Photography by Danny Fulgencio.

Linda Silver is the Perot Museum of Nature and Science Eugene McDermott chief executive officer. Under her leadership, the Perot Museum has redesigned the museum’s “Being Human Hall,” installed a new paleo lab that provides visitors real-time views of the museum’s field research and discoveries and partnered with the National Geographic explorer-in-residence program to produce a virtual reality tour of one of the most significant human ancestor fossil sites on Earth. Previously, Silver worked for the government of Abu Dhabi, where she served as associate director of the technology development committee. She spent eight years as the president and CEO of Great Lakes Science Center, one of the nation’s leading science and technology centers. Silver has a bachelor’s degree from UCLA, an MBA from Pepperdine University and a doctorate from the University of Southern California.

Photography by Danny Fulgencio.

What is your “third place” in the neighborhood, after home and work? 

SoulCycle. It would be Drybar, but I have to go to Uptown or Highland Park for that.

What accomplishment are you most proud of in your career?

Landing my first CEO job at the age of 34.

What is the most challenging thing you’ve overcome in your career?

Being a CEO at 34, moving to the Middle East just months ahead of the Arab Spring in 2011 and convincing friends and family that it was safe and I wasn’t crazy.

What do you look for in employees?

I look for people with a true passion for the mission of the organization and the ability to work well with colleagues. Attitude always trumps experience.

Besides work, what are you proud of?

My children. Caroline, 19, is a sophomore in college, and 16-year-old Brad is a junior at Jesuit College Preparatory School.

What is the best advice you ever received?

Spend money on experiences rather than things, live abroad at least once in your life, travel a lot.

Who is your greatest influence?

My grandfather. He didn’t go to university, but he became a successful banker who lived and worked on five continents before retiring.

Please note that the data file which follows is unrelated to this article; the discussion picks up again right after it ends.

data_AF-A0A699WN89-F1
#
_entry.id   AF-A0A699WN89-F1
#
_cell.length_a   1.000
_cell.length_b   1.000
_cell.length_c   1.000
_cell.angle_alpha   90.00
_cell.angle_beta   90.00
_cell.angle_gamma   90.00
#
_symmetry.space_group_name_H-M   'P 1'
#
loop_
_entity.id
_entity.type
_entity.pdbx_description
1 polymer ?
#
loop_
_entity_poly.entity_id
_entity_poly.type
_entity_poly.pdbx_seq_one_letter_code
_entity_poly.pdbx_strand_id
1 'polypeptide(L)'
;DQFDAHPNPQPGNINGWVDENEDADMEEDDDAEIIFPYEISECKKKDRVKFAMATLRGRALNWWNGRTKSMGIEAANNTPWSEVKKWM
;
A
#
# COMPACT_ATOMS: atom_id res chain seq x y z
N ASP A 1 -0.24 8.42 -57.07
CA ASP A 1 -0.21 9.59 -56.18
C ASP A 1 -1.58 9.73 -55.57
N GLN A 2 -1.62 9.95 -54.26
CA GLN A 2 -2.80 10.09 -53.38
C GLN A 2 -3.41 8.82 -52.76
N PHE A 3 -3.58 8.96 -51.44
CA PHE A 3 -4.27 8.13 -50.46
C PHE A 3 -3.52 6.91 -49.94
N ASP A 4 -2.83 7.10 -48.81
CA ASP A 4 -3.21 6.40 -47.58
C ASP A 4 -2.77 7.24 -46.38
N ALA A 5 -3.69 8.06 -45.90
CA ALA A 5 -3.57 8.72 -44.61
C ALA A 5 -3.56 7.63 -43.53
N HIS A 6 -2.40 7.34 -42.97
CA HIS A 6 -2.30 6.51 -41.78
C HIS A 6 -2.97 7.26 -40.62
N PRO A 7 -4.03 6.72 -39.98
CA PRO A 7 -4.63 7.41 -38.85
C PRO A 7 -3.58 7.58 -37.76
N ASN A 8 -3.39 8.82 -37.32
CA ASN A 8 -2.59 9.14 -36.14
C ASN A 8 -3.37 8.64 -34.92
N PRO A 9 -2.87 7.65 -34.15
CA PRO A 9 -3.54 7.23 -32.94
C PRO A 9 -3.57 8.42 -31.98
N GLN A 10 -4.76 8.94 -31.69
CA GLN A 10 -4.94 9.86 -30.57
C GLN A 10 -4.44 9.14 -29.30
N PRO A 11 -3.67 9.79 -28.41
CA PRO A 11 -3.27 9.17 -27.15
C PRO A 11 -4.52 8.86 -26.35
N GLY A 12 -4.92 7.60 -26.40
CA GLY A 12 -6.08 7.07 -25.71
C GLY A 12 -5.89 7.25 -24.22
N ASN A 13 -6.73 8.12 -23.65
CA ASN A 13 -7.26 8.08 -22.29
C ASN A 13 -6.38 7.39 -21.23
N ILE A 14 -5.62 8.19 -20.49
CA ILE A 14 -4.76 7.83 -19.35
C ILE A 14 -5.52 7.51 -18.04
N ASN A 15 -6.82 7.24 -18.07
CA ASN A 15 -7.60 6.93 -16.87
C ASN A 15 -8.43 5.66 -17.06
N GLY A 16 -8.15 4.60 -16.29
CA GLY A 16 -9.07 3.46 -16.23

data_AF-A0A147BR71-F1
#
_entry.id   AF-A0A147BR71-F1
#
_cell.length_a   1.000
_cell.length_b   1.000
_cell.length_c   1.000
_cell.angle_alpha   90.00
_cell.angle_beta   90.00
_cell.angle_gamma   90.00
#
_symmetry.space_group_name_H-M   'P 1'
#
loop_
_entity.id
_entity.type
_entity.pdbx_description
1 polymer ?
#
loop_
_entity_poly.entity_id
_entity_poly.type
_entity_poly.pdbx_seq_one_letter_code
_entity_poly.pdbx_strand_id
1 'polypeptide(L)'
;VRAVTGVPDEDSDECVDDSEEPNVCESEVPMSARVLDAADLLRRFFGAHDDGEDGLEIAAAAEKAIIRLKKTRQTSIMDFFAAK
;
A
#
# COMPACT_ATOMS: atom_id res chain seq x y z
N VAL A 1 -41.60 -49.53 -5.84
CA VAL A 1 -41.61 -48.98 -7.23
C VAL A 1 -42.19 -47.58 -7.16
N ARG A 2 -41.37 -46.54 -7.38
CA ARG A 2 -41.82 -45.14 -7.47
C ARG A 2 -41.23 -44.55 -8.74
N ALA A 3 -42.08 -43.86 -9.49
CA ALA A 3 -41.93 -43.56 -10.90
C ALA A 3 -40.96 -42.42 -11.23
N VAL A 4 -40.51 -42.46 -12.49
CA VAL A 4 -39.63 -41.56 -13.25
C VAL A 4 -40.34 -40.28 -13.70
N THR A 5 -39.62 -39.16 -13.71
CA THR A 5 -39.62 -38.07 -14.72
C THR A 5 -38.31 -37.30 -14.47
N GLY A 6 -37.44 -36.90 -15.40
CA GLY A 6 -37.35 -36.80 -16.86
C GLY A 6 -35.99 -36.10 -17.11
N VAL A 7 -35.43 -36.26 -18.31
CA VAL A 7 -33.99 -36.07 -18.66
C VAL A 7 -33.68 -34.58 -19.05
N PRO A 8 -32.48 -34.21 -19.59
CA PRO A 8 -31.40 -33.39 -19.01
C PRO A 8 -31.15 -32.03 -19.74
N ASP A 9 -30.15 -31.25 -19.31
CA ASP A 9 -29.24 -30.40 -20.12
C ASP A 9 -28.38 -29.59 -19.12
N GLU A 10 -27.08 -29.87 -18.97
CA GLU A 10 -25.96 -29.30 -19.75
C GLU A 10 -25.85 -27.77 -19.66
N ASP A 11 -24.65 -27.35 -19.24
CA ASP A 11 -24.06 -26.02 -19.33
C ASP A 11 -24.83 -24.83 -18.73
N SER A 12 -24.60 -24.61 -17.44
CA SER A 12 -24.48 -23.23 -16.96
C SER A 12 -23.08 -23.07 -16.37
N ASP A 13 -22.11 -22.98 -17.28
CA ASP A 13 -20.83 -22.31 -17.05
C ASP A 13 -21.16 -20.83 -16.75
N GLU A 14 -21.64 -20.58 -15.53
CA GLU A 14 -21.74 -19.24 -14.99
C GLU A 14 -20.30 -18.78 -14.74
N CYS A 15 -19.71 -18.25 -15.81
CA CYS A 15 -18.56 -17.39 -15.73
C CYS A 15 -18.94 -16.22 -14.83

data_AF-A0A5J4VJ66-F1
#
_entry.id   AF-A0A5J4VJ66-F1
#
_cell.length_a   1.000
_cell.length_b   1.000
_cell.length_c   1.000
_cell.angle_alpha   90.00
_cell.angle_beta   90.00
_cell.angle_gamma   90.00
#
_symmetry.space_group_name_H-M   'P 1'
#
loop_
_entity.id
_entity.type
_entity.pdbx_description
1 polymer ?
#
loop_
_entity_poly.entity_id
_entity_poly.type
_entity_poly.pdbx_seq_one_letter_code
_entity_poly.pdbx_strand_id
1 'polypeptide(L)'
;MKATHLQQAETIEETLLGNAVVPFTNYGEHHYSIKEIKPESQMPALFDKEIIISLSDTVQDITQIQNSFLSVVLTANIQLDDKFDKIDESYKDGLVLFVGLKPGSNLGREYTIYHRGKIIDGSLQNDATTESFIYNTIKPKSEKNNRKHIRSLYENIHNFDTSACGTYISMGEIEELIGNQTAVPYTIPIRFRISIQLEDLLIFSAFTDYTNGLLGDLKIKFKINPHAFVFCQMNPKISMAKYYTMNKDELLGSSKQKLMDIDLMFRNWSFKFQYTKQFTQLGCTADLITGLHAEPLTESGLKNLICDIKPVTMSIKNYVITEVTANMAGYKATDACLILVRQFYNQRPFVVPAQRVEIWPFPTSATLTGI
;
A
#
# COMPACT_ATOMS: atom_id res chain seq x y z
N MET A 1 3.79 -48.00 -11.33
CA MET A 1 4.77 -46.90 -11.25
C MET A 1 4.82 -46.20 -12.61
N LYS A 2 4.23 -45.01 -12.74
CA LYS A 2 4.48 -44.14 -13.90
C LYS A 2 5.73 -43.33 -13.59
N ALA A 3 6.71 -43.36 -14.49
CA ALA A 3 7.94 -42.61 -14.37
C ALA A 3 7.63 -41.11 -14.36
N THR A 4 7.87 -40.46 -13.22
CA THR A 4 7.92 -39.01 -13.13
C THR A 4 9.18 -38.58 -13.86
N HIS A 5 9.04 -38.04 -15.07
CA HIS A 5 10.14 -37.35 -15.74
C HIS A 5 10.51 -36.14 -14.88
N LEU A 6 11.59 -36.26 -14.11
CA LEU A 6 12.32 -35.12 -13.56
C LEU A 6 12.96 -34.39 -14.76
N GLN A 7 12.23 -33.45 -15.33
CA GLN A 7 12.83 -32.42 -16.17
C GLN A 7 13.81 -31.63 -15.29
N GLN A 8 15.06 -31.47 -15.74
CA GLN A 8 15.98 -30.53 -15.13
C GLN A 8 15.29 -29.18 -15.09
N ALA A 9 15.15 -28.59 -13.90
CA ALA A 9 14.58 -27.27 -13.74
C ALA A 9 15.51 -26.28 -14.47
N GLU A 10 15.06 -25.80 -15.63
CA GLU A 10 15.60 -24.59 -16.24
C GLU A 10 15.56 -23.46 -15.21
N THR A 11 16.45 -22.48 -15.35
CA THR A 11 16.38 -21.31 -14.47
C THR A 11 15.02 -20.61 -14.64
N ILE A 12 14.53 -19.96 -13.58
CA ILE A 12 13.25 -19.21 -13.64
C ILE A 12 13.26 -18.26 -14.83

What advice would you give to your younger self?

Relax and live more in the moment.

Photography by Danny Fulgencio.

Have you experienced gender discrimination?

Early on in my career I encountered more age discrimination than gender discrimination, and while there were social events that, as a female, I could not join when I lived and worked in the Persian Gulf, I never experienced gender discrimination on the job. I’ve been lucky to always have worked in organizations where female leadership was encouraged.

What apps or gadgets do you find to be essential at work?

The Dinaledi Chamber Perot App, which is related to our exhibit, “Origins: Fossils from the Cradle of Humankind.” The exhibition runs through March 20, 2020. I also love GoToMeeting, Skype and Google Hangout for partner meetings — especially those across time zones. ApplePay, which for better or worse, works at our vending machines on late nights.

Is there a neighborhood nonprofit that you support?

Family Gateway and Heroes for Children.

How do you achieve work-life balance?

There isn’t a perfect balance, but things even out over time. That said, this year I promised a friend I’d commit to doing Rachel Hollis’s “Last 90 Days” program with her, so we’ll see.

What is the biggest problem that our community faces?

We can be more focused on civility. Without a commitment to civil discourse, we just become polarized, and conversations become divisive rather than enlightening.

Given $1 million, how would you spend it?

I’d love to support the work we do at the Perot Museum, of course. However, if I had to look to external opportunities, I’d provide micro loans to science teachers to gain real-world lab and field experience. I think one of the problems with the way science is taught at the K-12 level is that we neglect to teach the nature of science, which is key to understanding how science really works. Come to think of it, we might have the basis for a good funding proposal here.

This interview has been edited for clarity and brevity.

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